Primož Roglič wrapped up overall victory at the Vuelta a Burgos on Saturday via a second individual stage win atop the hors-category Lagunas de Neila. Rather impressively, it’s the 20th GC title of his career, one you might call emphatic, dominant, commanding in its confidence, but perhaps more apt would be metronomic.
So, with the Vuelta a España seven days away, what can we take away from this performance?
Answer: very little that we didn’t know already.
There was no bombast nor spectacle, no long-range attack, but the Slovenian was on top from early in the race, winning stages 3 and 5, the race’s GC days, and – inevitably – the stage 2 team time trial with Jumbo-Visma. That, in fact, was the closest to a ‘statement’ of the whole five-stage race, and with the Vuelta doing its thing with an opening TTT of a similar length, that’s likely where the Jumbo-Visma team will have put a hefty focus at this race.
In the end, Roglič’s overall winning margin over second-place Aleksandr Vlasov was 39 seconds, with Adam Yates a further three seconds down, and when you consider the time gaps in the TTT – 30 seconds over Vlasov’s Bora-Hansgrohe and 34 over Yates’s UAE – it’s a fair conclusion that Roglič opted for the conservative approach as the race wore on. There were probing accelerations and interrogations of form on the climbs, but he was content to let his closest rivals accompany him to the finish line where Roglič was evidently and justifiably confident in his superior sprint.
This was the Slovenian’s first appearance at the Vuelta a Burgos, something like the Critérium du Dauphiné in its tune-up status before its related Grand Tour, though not as high profile. It was a hot and hard five days of racing that included one sprint, one TTT, and three days of climbing, one going the way of the breakaway, all offering a taste of Spain’s roads and a chance to acclimatise to the local weather.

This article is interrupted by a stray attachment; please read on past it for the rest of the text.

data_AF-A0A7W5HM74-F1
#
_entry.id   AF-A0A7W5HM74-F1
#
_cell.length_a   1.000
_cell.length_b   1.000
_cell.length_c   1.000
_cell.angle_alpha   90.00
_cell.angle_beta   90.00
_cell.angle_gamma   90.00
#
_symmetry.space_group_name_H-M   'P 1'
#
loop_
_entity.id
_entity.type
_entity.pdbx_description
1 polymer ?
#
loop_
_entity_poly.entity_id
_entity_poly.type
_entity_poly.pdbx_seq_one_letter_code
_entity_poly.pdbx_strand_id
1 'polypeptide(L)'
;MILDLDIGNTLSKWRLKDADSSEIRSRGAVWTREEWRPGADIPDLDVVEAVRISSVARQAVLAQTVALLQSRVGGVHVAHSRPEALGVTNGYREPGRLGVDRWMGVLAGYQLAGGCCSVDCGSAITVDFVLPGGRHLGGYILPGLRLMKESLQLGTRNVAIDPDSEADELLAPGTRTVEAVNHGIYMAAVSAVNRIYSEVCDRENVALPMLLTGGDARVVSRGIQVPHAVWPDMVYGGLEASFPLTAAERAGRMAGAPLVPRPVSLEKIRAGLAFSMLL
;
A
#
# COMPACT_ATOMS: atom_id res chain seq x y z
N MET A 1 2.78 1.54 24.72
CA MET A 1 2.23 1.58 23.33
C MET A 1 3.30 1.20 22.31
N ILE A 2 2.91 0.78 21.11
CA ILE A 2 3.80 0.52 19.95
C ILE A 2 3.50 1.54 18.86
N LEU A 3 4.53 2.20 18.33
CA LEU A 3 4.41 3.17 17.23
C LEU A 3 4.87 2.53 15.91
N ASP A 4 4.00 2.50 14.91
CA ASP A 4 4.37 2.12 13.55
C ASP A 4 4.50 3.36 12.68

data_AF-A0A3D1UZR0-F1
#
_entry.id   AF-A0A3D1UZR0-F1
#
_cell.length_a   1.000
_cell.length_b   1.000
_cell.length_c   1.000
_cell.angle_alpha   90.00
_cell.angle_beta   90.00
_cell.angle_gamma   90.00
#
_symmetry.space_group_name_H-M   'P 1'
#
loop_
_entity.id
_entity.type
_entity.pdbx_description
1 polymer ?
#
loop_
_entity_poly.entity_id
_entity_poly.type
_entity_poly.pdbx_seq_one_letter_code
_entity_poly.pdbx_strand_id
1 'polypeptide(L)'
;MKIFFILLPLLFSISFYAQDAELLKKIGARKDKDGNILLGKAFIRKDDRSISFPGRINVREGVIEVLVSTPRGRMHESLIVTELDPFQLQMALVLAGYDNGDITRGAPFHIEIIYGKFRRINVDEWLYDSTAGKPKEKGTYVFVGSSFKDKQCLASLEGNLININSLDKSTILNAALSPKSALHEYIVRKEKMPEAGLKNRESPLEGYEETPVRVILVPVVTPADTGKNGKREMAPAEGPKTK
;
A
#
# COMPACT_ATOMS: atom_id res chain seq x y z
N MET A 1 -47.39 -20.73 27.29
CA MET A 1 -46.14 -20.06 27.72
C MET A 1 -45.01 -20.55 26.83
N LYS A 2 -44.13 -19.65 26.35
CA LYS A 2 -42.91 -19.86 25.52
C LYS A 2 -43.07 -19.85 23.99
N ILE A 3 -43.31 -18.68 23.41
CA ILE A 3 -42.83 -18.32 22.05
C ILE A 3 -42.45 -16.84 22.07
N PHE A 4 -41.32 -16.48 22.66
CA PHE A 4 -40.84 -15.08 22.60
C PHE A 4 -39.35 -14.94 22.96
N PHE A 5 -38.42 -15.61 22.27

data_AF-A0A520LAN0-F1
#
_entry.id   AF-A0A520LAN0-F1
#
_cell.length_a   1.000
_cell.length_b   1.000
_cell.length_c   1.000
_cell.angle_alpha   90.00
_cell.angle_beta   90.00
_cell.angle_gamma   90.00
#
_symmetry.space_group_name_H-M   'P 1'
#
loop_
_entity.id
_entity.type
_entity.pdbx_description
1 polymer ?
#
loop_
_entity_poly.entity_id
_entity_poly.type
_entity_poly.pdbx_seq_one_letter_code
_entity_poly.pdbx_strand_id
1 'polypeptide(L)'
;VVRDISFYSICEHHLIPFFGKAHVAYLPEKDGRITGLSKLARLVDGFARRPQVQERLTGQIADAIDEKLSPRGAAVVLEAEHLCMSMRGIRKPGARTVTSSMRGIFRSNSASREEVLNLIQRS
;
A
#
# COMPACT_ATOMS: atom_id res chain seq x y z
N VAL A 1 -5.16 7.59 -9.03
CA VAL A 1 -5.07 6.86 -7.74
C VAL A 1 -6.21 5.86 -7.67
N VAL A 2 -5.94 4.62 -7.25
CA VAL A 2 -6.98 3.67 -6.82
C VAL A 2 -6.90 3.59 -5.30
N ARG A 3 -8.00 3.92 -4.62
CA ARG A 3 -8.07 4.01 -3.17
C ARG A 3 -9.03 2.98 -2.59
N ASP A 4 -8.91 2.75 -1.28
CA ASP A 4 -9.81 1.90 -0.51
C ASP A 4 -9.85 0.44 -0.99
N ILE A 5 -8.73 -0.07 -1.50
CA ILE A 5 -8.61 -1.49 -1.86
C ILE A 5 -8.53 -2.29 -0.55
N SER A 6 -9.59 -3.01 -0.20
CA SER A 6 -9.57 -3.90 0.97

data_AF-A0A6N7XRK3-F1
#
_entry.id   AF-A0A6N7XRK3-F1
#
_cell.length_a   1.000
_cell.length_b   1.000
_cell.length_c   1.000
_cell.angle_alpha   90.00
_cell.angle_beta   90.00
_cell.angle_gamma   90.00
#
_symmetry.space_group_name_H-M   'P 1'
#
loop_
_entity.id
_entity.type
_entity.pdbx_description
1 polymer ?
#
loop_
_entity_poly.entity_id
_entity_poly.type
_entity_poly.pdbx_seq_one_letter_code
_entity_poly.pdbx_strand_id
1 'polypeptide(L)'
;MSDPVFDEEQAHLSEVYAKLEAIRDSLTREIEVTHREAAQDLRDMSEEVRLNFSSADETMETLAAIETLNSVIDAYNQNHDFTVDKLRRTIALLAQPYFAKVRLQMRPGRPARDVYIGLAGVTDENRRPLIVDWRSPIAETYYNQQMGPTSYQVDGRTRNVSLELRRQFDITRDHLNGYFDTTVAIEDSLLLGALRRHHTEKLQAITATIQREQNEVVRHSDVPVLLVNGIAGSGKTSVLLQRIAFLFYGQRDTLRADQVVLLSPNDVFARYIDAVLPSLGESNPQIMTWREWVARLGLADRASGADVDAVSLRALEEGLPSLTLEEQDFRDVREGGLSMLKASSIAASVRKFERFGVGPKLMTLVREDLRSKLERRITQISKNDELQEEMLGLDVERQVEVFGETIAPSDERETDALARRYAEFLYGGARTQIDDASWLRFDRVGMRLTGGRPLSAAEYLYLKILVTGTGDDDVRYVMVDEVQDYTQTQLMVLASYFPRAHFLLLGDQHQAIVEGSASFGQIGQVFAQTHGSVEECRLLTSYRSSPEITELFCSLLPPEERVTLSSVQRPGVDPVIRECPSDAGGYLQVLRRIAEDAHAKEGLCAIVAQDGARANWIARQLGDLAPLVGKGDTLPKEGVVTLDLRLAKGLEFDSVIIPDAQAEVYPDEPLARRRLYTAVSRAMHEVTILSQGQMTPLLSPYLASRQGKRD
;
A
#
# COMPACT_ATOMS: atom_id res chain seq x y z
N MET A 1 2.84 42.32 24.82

For Roglič, it’s just one key element of his alternate build-up to the Vuelta.
He’s won the Spanish Grand Tour three times in his career, but it’s a race with which, outwardly at least, he has a particular relationship. That is, his run-up has typically involved a good deal of licking of wounds, literally and figuratively, the Vuelta acting as his redemption race after falling short at his big goal of the season, the Tour de France.
The last time he targeted the Vuelta outright was in 2019, notably stringing it together with a podium finish at the Giro d’Italia, and it was a great success, the then-29-year-old riding the red jersey into Madrid to claim his first Grand Tour victory. Every year since, he’s gone to the Vuelta after suffering defeat (2020) or crashing out of the Tour entirely.
This year, Roglič is back twelve months after a controversial crash robbed him of a chance to take a fourth consecutive Vuelta win, and this time he arrives unburdened by wounds incurred by the roads of France. Instead, he heads to Barcelona physically perfectly intact, and with the Giro d’Italia finally added to his palmarès earlier this year, his mental faculties are likely in sound condition too.
If any conclusions are to be drawn from the Vuelta a Burgos, it’s that Jumbo-Visma as a team is on track for its TTT, and Roglič is nothing if not confident. Just how strong he is, though, we’re yet to find out.
One major question remains though: how do three-time Vuelta winner Roglič and reigning back-to-back Tour de France champion Jonas Vingegaard fit together in the team’s line-up?
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